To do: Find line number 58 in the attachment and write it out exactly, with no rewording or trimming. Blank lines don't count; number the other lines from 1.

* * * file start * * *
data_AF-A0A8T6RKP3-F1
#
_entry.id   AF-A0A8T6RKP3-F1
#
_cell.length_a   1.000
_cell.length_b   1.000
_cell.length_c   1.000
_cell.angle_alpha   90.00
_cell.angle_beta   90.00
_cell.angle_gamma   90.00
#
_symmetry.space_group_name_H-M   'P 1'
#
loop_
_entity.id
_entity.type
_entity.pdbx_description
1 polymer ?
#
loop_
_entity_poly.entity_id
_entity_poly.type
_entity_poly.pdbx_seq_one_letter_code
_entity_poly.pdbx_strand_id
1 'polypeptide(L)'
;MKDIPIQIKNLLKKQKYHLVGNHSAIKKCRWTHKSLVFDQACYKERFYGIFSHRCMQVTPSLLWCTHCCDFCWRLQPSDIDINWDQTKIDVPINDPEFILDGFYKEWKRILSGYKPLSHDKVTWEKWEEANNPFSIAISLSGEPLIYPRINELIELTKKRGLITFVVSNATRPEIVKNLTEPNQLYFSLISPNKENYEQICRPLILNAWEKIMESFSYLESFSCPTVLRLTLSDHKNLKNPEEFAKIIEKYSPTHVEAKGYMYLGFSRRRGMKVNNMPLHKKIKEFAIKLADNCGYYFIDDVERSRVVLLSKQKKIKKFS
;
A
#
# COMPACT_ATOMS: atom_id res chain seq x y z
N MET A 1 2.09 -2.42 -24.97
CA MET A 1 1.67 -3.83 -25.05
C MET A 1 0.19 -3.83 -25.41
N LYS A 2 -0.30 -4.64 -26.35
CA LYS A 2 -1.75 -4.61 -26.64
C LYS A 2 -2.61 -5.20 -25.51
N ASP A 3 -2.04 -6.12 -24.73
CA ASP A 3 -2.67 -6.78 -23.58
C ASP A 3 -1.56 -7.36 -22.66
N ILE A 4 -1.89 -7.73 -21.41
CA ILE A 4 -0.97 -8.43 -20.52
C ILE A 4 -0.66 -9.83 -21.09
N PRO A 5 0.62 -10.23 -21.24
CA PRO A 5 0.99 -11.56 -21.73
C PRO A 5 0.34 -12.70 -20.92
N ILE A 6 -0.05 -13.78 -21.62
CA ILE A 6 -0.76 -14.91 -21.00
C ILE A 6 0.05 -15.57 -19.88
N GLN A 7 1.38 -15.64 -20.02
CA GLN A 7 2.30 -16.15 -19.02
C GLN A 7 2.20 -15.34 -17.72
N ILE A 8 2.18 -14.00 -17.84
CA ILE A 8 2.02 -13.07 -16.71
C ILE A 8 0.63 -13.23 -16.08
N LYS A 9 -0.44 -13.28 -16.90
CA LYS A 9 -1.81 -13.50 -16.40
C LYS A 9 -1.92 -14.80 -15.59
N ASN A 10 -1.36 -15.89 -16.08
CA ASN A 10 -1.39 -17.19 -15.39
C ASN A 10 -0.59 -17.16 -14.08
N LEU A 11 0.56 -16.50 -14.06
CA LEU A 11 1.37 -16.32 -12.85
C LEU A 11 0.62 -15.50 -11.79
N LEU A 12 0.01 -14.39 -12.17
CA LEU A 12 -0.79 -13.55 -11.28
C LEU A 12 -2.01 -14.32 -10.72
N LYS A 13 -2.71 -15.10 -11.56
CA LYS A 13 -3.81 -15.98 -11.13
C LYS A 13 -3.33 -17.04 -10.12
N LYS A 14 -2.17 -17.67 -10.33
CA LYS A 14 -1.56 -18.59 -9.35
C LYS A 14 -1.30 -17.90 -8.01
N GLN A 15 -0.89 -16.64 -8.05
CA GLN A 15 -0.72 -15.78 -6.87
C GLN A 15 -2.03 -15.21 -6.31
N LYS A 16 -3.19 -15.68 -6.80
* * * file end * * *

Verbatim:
N ASN A 10 -1.36 -15.89 -16.08